The Worship, Music, & Arts Committee at Riverview recently decided to formulate an order of worship to help guide us in how we think about and conduct worship. A theology of worship is basically an understanding of what God says about worship. I'm really happy about the committee's decision to develop such a document. I think it will be helpful and beneficial. I've been tasked by the Committee to develop a draft of a theology of worship and present it at the next meeting. Needless to say, this is an area in which I've done a lot of thinking and research in the past, so it should be just a matter of collecting my thoughts and putting them down on paper.
I did want to do some more research for this process, however, so I picked up and reread the first chapter of D.A. Carson's Worship by the Book. This is a collection of essays from different pastors and authors that deal with worship from a variety of Christian traditions. The essays are really good, but the meat of the book is really embodied in the first chapter, which was written by Carson. In it, Carson basically presents his own succinct theology of worship. In doing so, he dialogues with the ideas presented in David Peterson's book, Engaging with God. Peterson's book is a more formal and thorough theology of worship, which Carson cites several times.
One of the main ideas that Peterson works with is what he believes to be the purpose of corporate worship: unity in the church. That is, Peterson believes that the primary purpose for Christians to come together and worship together is not necessarily worship, per say, but is in fact, Christians coming together to unite under the banner of Christ and edify each other through interpersonal relationships. Needless to say, this was an idea that I had been heretofore unfamiliar with, and as I continued reading I found it to be intriguing.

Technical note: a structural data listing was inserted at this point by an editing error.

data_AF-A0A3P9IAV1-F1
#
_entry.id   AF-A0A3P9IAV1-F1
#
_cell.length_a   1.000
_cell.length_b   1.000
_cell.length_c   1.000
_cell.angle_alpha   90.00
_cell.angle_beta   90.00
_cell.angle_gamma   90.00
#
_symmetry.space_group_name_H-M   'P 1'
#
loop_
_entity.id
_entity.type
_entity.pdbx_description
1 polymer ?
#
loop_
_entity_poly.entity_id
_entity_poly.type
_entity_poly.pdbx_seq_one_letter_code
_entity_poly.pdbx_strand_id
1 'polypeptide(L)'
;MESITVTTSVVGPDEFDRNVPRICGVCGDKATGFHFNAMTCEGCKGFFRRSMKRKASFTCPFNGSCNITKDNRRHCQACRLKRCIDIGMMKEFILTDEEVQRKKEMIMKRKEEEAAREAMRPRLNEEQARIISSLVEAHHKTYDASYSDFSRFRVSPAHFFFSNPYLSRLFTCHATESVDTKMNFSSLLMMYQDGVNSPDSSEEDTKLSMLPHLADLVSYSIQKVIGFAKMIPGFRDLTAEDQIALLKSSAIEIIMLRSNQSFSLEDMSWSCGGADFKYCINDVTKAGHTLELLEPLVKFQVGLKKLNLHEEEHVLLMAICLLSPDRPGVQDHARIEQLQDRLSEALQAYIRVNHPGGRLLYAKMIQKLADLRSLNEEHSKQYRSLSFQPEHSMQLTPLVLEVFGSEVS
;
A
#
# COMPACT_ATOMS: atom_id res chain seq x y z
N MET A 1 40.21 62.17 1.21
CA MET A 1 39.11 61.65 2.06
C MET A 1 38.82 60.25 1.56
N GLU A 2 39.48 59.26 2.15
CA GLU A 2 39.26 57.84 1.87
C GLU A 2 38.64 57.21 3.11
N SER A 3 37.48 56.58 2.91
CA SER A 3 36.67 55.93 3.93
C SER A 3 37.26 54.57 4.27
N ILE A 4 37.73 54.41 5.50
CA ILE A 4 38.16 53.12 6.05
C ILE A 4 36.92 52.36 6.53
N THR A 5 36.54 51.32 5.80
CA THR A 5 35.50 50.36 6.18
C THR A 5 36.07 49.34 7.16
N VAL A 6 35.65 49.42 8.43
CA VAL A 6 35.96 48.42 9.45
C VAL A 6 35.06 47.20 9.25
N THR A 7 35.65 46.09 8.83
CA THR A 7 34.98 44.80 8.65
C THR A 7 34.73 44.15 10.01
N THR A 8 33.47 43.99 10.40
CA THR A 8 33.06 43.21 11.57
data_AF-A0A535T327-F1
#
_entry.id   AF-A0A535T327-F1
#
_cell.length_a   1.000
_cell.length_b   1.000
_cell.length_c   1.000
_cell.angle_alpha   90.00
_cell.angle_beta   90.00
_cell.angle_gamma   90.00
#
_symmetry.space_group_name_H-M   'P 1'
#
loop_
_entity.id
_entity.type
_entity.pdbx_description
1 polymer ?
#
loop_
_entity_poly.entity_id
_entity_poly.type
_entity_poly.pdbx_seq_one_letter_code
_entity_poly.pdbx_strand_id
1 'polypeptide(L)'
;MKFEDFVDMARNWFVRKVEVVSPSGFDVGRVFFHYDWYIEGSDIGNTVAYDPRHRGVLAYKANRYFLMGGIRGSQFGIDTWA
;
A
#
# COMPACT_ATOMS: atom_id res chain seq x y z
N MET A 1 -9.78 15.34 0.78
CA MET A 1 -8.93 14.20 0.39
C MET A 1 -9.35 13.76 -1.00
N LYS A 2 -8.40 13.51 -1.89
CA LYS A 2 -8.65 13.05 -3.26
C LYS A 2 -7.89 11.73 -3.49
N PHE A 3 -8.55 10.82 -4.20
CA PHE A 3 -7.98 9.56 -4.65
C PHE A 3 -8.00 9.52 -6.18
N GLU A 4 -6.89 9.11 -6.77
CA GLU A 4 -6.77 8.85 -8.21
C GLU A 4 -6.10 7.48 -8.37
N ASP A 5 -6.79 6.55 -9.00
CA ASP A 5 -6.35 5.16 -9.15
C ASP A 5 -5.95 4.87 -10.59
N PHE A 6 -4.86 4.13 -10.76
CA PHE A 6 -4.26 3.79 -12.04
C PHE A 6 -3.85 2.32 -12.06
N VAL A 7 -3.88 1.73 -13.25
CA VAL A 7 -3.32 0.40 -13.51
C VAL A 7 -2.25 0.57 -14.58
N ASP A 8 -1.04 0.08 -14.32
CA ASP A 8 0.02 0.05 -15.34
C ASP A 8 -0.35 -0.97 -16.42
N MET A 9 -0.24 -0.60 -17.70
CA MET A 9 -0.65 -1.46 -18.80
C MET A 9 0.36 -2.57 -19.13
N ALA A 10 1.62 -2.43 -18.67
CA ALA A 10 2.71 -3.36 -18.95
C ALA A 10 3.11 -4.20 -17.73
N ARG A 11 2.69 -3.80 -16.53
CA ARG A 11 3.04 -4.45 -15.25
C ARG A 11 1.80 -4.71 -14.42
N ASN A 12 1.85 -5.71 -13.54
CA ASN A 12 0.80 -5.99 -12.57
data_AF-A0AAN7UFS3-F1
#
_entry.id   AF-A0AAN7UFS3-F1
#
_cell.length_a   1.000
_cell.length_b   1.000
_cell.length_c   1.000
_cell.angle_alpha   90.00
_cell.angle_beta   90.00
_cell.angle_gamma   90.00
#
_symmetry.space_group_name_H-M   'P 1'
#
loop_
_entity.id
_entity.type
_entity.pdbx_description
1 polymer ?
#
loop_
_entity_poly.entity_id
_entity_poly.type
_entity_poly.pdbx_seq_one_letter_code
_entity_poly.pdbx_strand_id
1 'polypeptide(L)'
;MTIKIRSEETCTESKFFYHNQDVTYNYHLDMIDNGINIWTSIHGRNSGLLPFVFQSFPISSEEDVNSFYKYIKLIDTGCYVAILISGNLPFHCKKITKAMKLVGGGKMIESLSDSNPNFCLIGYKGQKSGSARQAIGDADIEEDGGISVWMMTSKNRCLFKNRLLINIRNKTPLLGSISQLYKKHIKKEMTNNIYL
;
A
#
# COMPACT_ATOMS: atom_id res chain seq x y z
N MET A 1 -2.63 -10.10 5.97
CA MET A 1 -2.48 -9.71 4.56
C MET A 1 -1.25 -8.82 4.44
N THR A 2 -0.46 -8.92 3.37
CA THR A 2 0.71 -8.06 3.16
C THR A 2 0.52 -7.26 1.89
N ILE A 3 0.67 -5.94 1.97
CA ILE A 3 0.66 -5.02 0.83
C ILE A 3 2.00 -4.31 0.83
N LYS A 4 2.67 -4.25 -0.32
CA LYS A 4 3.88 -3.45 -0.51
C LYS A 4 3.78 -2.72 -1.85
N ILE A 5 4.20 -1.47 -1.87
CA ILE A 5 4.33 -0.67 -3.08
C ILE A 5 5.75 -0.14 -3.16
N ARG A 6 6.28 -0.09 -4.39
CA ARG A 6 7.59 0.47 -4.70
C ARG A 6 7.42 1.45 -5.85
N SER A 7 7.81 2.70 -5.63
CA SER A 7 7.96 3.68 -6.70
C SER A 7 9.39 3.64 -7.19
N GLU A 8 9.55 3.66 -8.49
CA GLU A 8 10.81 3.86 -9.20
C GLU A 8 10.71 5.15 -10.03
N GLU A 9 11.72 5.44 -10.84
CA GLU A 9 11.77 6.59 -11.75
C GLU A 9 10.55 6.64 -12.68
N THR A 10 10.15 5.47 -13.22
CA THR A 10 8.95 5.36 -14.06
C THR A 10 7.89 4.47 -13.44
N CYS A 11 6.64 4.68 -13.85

Peterson believes that, since New Testament believers are commanded to do all things to the glory of God, then all of life is essentially worship. After all, if we are to worship in such seemingly mundane activities as eating and drinking, then it almost seems redundant to gather formally for something that I can do at the supper table. So Peterson concludes that since everything we do is to have worship at its center, then gathering for corporate worship must have a purpose other than just...worship. Peterson finds that the purpose for this gathering is, as already stated, unity and edification of the believers in a local church.
Carson seems to think that this understanding, while interesting, is a bit too simplistic, and maybe a little too informed by some material from the gospels, considering how worship took place in the temple and the synagogues. I'm not sure what I think about it yet. My first impression is that I like it. After all, there are undeniable reasons for corporate worship other than "just" worship, and unity and edification are certainly ones that we see in scripture. But I also think that to say that there is nothing gained by gathering together to worship with others for the sake of worship is, as Carson would say, understating the purpose of such a gathering, both biblically and practically.
I have since purchased Peterson's book and look forward to reading it over the next week or so during our trip to Florida (more on that in the days to come).